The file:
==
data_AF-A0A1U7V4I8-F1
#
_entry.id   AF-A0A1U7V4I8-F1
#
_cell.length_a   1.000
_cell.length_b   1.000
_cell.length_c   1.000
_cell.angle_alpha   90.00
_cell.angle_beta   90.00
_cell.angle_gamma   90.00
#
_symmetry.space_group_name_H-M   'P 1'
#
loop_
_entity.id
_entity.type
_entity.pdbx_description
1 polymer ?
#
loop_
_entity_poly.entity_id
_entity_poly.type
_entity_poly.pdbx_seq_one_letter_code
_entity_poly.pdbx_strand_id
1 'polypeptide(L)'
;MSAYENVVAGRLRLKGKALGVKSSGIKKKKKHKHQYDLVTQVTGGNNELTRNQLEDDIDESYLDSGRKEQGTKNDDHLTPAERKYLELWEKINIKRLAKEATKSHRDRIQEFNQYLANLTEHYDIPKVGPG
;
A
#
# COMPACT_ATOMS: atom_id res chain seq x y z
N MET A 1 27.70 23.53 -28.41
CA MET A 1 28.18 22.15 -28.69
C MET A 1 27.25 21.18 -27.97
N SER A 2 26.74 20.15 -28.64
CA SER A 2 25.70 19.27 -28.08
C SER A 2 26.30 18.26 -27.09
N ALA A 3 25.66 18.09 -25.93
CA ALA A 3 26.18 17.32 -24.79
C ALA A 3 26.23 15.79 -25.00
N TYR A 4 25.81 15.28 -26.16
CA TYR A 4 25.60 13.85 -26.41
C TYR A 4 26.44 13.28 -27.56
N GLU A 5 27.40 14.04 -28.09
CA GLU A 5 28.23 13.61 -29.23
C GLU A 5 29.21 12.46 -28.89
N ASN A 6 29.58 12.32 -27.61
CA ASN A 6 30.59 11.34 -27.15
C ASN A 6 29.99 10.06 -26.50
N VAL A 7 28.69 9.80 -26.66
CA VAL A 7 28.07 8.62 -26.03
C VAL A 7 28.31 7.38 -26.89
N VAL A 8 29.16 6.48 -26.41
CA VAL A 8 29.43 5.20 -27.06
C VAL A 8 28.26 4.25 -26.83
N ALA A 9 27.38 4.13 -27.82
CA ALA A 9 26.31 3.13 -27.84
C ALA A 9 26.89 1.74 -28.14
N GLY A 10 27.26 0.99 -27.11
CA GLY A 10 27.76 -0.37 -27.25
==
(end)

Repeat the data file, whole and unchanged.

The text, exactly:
data_AF-A0A1U7V4I8-F1
#
_entry.id   AF-A0A1U7V4I8-F1
#
_cell.length_a   1.000
_cell.length_b   1.000
_cell.length_c   1.000
_cell.angle_alpha   90.00
_cell.angle_beta   90.00
_cell.angle_gamma   90.00
#
_symmetry.space_group_name_H-M   'P 1'
#
loop_
_entity.id
_entity.type
_entity.pdbx_description
1 polymer ?
#
loop_
_entity_poly.entity_id
_entity_poly.type
_entity_poly.pdbx_seq_one_letter_code
_entity_poly.pdbx_strand_id
1 'polypeptide(L)'
;MSAYENVVAGRLRLKGKALGVKSSGIKKKKKHKHQYDLVTQVTGGNNELTRNQLEDDIDESYLDSGRKEQGTKNDDHLTPAERKYLELWEKINIKRLAKEATKSHRDRIQEFNQYLANLTEHYDIPKVGPG
;
A
#
# COMPACT_ATOMS: atom_id res chain seq x y z
N MET A 1 27.70 23.53 -28.41
CA MET A 1 28.18 22.15 -28.69
C MET A 1 27.25 21.18 -27.97
N SER A 2 26.74 20.15 -28.64
CA SER A 2 25.70 19.27 -28.08
C SER A 2 26.30 18.26 -27.09
N ALA A 3 25.66 18.09 -25.93
CA ALA A 3 26.18 17.32 -24.79
C ALA A 3 26.23 15.79 -25.00
N TYR A 4 25.81 15.28 -26.16
CA TYR A 4 25.60 13.85 -26.41
C TYR A 4 26.44 13.28 -27.56
N GLU A 5 27.40 14.04 -28.09
CA GLU A 5 28.23 13.61 -29.23
C GLU A 5 29.21 12.46 -28.89
N ASN A 6 29.58 12.32 -27.61
CA ASN A 6 30.59 11.34 -27.15
C ASN A 6 29.99 10.06 -26.50
N VAL A 7 28.69 9.80 -26.66
CA VAL A 7 28.07 8.62 -26.03
C VAL A 7 28.31 7.38 -26.89
N VAL A 8 29.16 6.48 -26.41
CA VAL A 8 29.43 5.20 -27.06
C VAL A 8 28.26 4.25 -26.83
N ALA A 9 27.38 4.13 -27.82
CA ALA A 9 26.31 3.13 -27.84
C ALA A 9 26.89 1.74 -28.14
N GLY A 10 27.26 0.99 -27.11
CA GLY A 10 27.76 -0.37 -27.25